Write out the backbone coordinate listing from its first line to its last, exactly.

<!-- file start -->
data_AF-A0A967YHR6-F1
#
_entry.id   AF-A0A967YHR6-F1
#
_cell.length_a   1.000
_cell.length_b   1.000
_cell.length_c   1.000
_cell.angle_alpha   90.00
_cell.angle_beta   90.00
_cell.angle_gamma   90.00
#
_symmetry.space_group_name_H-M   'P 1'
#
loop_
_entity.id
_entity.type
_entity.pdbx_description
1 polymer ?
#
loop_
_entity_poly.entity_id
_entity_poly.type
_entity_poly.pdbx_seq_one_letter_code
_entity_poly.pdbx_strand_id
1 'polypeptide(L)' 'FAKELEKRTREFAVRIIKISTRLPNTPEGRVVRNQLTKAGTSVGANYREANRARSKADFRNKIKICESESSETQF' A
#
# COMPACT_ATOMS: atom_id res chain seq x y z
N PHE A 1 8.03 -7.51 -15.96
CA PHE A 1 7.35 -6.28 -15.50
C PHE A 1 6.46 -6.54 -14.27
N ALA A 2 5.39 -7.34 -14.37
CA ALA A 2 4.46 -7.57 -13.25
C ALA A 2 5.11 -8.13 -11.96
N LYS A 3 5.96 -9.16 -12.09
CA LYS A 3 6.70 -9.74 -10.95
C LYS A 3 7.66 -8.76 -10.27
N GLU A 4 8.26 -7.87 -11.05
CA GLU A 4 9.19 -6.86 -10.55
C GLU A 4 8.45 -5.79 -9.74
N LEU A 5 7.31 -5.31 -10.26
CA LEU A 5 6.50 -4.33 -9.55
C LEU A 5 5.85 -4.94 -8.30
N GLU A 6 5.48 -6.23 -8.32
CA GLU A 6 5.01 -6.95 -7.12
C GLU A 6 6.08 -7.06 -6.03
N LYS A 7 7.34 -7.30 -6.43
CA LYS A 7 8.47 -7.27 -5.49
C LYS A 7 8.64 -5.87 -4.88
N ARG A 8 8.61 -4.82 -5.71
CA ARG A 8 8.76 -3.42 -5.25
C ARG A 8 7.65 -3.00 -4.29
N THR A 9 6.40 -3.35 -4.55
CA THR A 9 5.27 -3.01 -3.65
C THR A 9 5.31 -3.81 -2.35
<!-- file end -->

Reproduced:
data_AF-A0A967YHR6-F1
#
_entry.id   AF-A0A967YHR6-F1
#
_cell.length_a   1.000
_cell.length_b   1.000
_cell.length_c   1.000
_cell.angle_alpha   90.00
_cell.angle_beta   90.00
_cell.angle_gamma   90.00
#
_symmetry.space_group_name_H-M   'P 1'
#
loop_
_entity.id
_entity.type
_entity.pdbx_description
1 polymer ?
#
loop_
_entity_poly.entity_id
_entity_poly.type
_entity_poly.pdbx_seq_one_letter_code
_entity_poly.pdbx_strand_id
1 'polypeptide(L)' 'FAKELEKRTREFAVRIIKISTRLPNTPEGRVVRNQLTKAGTSVGANYREANRARSKADFRNKIKICESESSETQF' A
#
# COMPACT_ATOMS: atom_id res chain seq x y z
N PHE A 1 8.03 -7.51 -15.96
CA PHE A 1 7.35 -6.28 -15.50
C PHE A 1 6.46 -6.54 -14.27
N ALA A 2 5.39 -7.34 -14.37
CA ALA A 2 4.46 -7.57 -13.25
C ALA A 2 5.11 -8.13 -11.96
N LYS A 3 5.96 -9.16 -12.09
CA LYS A 3 6.70 -9.74 -10.95
C LYS A 3 7.66 -8.76 -10.27
N GLU A 4 8.26 -7.87 -11.05
CA GLU A 4 9.19 -6.86 -10.55
C GLU A 4 8.45 -5.79 -9.74
N LEU A 5 7.31 -5.31 -10.26
CA LEU A 5 6.50 -4.33 -9.55
C LEU A 5 5.85 -4.94 -8.30
N GLU A 6 5.48 -6.23 -8.32
CA GLU A 6 5.01 -6.95 -7.12
C GLU A 6 6.08 -7.06 -6.03
N LYS A 7 7.34 -7.30 -6.43
CA LYS A 7 8.47 -7.27 -5.49
C LYS A 7 8.64 -5.87 -4.88
N ARG A 8 8.61 -4.82 -5.71
CA ARG A 8 8.76 -3.42 -5.25
C ARG A 8 7.65 -3.00 -4.29
N THR A 9 6.40 -3.35 -4.55
CA THR A 9 5.27 -3.01 -3.65
C THR A 9 5.31 -3.81 -2.35